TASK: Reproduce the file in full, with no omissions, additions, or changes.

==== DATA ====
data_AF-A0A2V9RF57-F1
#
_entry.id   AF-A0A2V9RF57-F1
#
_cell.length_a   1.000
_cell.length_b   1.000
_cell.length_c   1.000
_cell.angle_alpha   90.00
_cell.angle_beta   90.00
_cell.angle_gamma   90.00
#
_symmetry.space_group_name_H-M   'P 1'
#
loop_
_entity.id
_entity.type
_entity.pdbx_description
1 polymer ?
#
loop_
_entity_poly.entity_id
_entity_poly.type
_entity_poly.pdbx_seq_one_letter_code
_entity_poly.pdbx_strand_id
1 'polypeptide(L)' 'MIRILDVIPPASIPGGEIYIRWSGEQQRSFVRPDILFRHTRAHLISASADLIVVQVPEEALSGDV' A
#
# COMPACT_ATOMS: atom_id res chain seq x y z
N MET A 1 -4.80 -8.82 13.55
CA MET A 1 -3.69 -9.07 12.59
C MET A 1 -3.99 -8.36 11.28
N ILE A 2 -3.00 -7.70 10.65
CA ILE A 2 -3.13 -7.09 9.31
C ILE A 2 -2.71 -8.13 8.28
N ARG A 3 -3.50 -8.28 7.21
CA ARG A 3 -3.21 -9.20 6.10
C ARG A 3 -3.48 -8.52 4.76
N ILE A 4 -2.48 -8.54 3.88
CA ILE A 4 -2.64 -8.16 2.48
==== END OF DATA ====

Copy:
data_AF-A0A2V9RF57-F1
#
_entry.id   AF-A0A2V9RF57-F1
#
_cell.length_a   1.000
_cell.length_b   1.000
_cell.length_c   1.000
_cell.angle_alpha   90.00
_cell.angle_beta   90.00
_cell.angle_gamma   90.00
#
_symmetry.space_group_name_H-M   'P 1'
#
loop_
_entity.id
_entity.type
_entity.pdbx_description
1 polymer ?
#
loop_
_entity_poly.entity_id
_entity_poly.type
_entity_poly.pdbx_seq_one_letter_code
_entity_poly.pdbx_strand_id
1 'polypeptide(L)' 'MIRILDVIPPASIPGGEIYIRWSGEQQRSFVRPDILFRHTRAHLISASADLIVVQVPEEALSGDV' A
#
# COMPACT_ATOMS: atom_id res chain seq x y z
N MET A 1 -4.80 -8.82 13.55
CA MET A 1 -3.69 -9.07 12.59
C MET A 1 -3.99 -8.36 11.28
N ILE A 2 -3.00 -7.70 10.65
CA ILE A 2 -3.13 -7.09 9.31
C ILE A 2 -2.71 -8.13 8.28
N ARG A 3 -3.50 -8.28 7.21
CA ARG A 3 -3.21 -9.20 6.10
C ARG A 3 -3.48 -8.52 4.76
N ILE A 4 -2.48 -8.54 3.88
CA ILE A 4 -2.64 -8.16 2.48